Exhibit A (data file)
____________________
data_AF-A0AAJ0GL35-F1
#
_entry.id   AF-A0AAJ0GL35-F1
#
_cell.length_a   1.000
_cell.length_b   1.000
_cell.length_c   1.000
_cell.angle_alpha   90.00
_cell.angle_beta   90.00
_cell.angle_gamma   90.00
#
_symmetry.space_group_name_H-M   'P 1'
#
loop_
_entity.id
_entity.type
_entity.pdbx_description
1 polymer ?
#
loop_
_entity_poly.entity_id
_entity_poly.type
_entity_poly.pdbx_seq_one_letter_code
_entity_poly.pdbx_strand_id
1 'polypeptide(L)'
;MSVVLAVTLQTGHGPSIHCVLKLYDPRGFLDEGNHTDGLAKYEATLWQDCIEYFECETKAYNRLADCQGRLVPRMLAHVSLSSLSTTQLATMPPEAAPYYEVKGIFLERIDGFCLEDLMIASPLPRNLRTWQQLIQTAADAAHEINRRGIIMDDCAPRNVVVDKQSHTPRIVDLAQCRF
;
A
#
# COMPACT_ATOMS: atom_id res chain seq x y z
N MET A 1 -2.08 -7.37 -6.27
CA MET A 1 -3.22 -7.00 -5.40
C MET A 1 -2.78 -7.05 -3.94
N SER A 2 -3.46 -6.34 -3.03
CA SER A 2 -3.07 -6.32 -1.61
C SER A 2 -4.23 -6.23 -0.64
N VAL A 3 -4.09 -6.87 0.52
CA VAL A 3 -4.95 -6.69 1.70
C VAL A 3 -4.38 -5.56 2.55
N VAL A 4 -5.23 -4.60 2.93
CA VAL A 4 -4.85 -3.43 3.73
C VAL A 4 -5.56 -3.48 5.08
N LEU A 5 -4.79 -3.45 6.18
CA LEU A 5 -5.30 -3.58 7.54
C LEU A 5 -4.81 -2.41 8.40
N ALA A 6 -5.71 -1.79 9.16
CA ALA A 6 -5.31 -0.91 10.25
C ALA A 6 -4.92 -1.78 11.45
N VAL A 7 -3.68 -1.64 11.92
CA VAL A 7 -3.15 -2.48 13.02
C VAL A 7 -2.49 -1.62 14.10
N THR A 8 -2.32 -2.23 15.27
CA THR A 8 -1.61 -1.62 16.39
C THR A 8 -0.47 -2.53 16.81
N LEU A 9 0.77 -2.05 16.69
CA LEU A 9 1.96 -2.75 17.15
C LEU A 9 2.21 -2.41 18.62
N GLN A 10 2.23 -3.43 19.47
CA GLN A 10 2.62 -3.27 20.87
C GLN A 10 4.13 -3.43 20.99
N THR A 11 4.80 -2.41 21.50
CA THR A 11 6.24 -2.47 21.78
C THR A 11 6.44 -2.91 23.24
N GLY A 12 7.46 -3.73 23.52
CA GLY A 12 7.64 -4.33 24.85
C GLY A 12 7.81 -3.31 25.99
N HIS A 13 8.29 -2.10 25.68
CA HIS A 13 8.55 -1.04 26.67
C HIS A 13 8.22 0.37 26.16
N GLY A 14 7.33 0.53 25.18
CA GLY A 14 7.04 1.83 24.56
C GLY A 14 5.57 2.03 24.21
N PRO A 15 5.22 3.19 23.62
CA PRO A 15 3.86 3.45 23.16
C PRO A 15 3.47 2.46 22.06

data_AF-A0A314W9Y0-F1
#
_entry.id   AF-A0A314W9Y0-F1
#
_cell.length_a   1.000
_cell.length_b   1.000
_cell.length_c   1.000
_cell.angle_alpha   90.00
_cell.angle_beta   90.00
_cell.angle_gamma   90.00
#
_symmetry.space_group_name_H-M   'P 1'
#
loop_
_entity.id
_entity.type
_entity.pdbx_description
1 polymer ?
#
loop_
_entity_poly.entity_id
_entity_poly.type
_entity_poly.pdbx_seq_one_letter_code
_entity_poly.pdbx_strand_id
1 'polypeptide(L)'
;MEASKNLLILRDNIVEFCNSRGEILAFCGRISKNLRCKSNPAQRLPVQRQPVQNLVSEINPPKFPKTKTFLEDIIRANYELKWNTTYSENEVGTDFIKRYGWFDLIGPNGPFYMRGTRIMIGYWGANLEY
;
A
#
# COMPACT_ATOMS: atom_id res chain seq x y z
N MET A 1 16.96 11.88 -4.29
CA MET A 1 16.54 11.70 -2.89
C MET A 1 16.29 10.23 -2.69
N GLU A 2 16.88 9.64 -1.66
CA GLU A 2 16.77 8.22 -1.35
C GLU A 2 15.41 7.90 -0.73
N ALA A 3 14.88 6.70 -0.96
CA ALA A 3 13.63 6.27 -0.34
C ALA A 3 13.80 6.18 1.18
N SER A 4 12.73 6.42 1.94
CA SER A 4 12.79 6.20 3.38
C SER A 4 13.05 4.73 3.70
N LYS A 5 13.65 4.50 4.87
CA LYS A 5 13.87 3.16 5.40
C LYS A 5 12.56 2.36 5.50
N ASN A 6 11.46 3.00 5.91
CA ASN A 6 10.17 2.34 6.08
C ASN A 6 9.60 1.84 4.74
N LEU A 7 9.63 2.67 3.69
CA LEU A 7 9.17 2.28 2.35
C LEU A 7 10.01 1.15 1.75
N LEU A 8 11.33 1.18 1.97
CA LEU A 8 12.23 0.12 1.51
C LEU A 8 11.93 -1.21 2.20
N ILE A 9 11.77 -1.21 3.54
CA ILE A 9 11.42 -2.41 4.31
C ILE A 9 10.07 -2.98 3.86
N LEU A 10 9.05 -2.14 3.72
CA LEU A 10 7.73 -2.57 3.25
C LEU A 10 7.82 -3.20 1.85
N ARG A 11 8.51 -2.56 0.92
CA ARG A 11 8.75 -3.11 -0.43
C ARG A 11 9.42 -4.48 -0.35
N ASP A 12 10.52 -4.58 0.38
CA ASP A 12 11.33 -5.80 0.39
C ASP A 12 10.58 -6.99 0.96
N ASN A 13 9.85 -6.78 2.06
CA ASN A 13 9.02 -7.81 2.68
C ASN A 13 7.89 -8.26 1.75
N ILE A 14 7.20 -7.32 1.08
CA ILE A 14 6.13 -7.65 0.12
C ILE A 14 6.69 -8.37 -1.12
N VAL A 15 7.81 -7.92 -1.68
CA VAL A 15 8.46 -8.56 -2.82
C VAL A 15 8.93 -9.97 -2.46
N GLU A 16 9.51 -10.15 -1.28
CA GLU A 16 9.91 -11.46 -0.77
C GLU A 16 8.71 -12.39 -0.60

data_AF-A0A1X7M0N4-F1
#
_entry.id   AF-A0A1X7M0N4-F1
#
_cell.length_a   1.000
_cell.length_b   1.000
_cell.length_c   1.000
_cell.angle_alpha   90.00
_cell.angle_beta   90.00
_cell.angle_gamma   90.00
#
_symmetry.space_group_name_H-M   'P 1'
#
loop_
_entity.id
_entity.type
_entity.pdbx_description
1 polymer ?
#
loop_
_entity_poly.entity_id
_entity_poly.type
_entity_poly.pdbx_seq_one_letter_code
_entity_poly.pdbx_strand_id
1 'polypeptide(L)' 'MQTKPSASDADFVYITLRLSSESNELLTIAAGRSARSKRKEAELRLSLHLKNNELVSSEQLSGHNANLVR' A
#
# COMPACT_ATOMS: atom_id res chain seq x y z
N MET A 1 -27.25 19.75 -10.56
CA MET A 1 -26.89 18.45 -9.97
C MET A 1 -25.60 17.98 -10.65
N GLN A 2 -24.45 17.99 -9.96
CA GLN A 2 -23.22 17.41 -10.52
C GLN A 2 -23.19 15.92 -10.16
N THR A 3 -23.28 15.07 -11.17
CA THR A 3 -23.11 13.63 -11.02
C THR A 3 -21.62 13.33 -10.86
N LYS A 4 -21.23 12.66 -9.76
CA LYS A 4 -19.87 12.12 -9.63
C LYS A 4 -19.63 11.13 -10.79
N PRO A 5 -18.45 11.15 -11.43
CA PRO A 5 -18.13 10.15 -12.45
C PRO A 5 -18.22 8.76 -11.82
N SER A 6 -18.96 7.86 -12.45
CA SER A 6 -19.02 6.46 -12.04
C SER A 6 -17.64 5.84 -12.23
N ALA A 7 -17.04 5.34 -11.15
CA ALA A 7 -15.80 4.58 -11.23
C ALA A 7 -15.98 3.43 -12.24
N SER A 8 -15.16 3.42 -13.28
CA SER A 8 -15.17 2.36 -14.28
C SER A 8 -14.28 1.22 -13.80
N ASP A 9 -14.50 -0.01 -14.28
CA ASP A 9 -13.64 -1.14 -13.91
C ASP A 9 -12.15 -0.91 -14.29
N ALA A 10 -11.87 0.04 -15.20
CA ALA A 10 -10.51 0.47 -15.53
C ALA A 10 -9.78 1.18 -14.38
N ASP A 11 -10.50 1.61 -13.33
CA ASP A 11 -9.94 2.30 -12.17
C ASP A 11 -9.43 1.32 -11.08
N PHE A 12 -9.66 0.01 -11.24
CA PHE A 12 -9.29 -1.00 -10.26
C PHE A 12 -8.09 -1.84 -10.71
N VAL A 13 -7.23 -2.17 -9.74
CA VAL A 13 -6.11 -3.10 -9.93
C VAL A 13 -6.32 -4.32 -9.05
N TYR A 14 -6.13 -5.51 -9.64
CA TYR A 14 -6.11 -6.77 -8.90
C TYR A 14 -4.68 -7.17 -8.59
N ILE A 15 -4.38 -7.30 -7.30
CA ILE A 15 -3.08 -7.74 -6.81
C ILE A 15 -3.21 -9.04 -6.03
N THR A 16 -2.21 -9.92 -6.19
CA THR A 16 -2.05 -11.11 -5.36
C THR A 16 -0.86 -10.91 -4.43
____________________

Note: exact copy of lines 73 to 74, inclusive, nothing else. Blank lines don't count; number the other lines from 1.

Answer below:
N PRO A 15 5.22 3.19 23.62
CA PRO A 15 3.86 3.45 23.16